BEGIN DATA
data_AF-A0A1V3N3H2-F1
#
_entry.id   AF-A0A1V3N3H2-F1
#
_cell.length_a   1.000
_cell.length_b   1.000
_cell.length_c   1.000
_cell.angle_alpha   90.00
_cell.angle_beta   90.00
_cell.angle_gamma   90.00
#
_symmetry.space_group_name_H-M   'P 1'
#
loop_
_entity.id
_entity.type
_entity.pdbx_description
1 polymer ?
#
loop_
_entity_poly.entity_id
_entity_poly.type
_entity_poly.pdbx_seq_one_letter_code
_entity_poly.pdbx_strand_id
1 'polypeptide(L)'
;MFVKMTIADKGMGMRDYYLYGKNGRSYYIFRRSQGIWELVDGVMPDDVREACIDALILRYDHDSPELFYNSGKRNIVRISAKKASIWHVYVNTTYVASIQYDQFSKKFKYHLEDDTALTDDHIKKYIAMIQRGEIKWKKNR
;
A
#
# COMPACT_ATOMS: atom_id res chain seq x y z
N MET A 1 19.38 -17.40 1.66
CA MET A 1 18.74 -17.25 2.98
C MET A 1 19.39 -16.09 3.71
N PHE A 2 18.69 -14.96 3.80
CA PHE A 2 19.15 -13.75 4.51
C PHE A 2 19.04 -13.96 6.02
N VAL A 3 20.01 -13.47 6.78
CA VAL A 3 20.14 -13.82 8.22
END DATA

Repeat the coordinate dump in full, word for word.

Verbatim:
data_AF-A0A1V3N3H2-F1
#
_entry.id   AF-A0A1V3N3H2-F1
#
_cell.length_a   1.000
_cell.length_b   1.000
_cell.length_c   1.000
_cell.angle_alpha   90.00
_cell.angle_beta   90.00
_cell.angle_gamma   90.00
#
_symmetry.space_group_name_H-M   'P 1'
#
loop_
_entity.id
_entity.type
_entity.pdbx_description
1 polymer ?
#
loop_
_entity_poly.entity_id
_entity_poly.type
_entity_poly.pdbx_seq_one_letter_code
_entity_poly.pdbx_strand_id
1 'polypeptide(L)'
;MFVKMTIADKGMGMRDYYLYGKNGRSYYIFRRSQGIWELVDGVMPDDVREACIDALILRYDHDSPELFYNSGKRNIVRISAKKASIWHVYVNTTYVASIQYDQFSKKFKYHLEDDTALTDDHIKKYIAMIQRGEIKWKKNR
;
A
#
# COMPACT_ATOMS: atom_id res chain seq x y z
N MET A 1 19.38 -17.40 1.66
CA MET A 1 18.74 -17.25 2.98
C MET A 1 19.39 -16.09 3.71
N PHE A 2 18.69 -14.96 3.80
CA PHE A 2 19.15 -13.75 4.51
C PHE A 2 19.04 -13.96 6.02
N VAL A 3 20.01 -13.47 6.78
CA VAL A 3 20.14 -13.82 8.22